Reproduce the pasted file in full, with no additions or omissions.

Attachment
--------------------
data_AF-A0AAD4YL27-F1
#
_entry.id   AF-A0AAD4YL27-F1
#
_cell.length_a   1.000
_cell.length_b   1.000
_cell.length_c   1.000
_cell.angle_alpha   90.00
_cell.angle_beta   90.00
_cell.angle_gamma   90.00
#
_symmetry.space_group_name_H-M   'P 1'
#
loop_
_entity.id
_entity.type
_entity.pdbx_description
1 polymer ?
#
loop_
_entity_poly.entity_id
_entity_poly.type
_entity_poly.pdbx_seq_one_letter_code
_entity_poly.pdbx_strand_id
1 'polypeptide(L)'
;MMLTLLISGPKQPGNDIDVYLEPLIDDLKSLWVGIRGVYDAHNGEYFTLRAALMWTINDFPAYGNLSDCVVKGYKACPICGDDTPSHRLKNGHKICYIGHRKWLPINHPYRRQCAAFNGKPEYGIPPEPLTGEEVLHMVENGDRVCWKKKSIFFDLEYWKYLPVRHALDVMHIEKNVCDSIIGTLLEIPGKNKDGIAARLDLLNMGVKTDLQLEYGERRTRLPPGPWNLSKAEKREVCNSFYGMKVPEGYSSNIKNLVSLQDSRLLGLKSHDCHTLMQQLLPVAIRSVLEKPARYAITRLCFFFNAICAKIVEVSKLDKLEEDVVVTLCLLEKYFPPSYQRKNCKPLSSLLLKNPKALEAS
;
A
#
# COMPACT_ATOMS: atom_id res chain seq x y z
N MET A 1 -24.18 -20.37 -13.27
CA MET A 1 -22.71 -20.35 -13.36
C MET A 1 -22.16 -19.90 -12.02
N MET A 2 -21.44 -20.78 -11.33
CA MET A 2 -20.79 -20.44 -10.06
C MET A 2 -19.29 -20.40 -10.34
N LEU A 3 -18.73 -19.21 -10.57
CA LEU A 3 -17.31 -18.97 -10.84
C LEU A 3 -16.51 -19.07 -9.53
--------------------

data_AF-A0AAD4YL27-F1
#
_entry.id   AF-A0AAD4YL27-F1
#
_cell.length_a   1.000
_cell.length_b   1.000
_cell.length_c   1.000
_cell.angle_alpha   90.00
_cell.angle_beta   90.00
_cell.angle_gamma   90.00
#
_symmetry.space_group_name_H-M   'P 1'
#
loop_
_entity.id
_entity.type
_entity.pdbx_description
1 polymer ?
#
loop_
_entity_poly.entity_id
_entity_poly.type
_entity_poly.pdbx_seq_one_letter_code
_entity_poly.pdbx_strand_id
1 'polypeptide(L)'
;MMLTLLISGPKQPGNDIDVYLEPLIDDLKSLWVGIRGVYDAHNGEYFTLRAALMWTINDFPAYGNLSDCVVKGYKACPICGDDTPSHRLKNGHKICYIGHRKWLPINHPYRRQCAAFNGKPEYGIPPEPLTGEEVLHMVENGDRVCWKKKSIFFDLEYWKYLPVRHALDVMHIEKNVCDSIIGTLLEIPGKNKDGIAARLDLLNMGVKTDLQLEYGERRTRLPPGPWNLSKAEKREVCNSFYGMKVPEGYSSNIKNLVSLQDSRLLGLKSHDCHTLMQQLLPVAIRSVLEKPARYAITRLCFFFNAICAKIVEVSKLDKLEEDVVVTLCLLEKYFPPSYQRKNCKPLSSLLLKNPKALEAS
;
A
#
# COMPACT_ATOMS: atom_id res chain seq x y z
N MET A 1 -24.18 -20.37 -13.27
CA MET A 1 -22.71 -20.35 -13.36
C MET A 1 -22.16 -19.90 -12.02
N MET A 2 -21.44 -20.78 -11.33
CA MET A 2 -20.79 -20.44 -10.06
C MET A 2 -19.29 -20.40 -10.34
N LEU A 3 -18.73 -19.21 -10.57
CA LEU A 3 -17.31 -18.97 -10.84
C LEU A 3 -16.51 -19.07 -9.53